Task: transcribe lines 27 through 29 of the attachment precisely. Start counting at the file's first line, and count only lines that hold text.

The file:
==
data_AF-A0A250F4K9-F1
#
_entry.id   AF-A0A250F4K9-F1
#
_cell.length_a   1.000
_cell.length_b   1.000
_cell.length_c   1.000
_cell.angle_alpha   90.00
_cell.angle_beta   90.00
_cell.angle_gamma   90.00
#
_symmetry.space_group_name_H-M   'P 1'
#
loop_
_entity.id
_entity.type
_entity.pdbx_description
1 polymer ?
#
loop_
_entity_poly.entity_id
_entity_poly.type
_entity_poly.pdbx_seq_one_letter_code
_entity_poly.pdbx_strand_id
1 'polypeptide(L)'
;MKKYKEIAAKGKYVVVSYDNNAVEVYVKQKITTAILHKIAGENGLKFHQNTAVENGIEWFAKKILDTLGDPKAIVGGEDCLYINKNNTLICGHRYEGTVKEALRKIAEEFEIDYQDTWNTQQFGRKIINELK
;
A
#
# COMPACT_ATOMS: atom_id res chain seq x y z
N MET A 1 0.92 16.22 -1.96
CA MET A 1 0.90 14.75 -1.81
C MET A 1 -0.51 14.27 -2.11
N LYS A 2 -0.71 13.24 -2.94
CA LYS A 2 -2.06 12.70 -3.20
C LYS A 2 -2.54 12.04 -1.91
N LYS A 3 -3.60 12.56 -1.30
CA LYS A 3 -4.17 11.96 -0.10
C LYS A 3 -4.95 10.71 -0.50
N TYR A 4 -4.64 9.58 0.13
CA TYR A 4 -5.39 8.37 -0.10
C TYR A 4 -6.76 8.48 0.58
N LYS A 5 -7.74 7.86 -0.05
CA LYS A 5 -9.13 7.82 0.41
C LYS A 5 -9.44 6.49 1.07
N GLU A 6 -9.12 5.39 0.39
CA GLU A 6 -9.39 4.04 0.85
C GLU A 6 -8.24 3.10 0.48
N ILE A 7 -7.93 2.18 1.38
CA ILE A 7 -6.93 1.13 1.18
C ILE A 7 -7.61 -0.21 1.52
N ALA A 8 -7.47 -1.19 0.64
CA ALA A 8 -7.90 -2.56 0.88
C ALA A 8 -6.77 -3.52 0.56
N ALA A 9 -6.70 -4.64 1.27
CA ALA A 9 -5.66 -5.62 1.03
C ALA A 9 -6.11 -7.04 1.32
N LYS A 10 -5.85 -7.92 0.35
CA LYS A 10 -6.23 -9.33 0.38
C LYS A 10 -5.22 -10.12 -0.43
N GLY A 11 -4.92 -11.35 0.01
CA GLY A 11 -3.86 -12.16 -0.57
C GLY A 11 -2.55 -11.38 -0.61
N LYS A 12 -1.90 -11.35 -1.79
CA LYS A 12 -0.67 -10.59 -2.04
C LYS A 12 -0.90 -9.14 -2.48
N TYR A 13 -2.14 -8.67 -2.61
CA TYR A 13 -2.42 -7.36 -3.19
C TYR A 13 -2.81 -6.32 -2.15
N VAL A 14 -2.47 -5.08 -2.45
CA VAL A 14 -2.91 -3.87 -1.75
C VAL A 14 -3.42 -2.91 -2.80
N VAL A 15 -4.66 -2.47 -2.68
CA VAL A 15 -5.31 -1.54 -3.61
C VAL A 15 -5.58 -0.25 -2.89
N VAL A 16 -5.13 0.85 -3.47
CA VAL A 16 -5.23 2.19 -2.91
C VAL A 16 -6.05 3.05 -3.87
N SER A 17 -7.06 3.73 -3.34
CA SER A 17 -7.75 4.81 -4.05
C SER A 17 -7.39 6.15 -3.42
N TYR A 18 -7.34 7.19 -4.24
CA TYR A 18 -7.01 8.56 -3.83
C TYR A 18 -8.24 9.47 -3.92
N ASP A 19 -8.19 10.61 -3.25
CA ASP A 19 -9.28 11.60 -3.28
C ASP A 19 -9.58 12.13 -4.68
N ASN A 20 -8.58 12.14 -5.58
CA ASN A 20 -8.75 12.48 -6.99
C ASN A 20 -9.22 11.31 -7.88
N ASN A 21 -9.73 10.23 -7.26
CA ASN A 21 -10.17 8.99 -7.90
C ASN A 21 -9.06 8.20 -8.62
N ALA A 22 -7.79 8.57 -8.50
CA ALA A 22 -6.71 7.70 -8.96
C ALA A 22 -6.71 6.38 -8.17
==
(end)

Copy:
;
A
#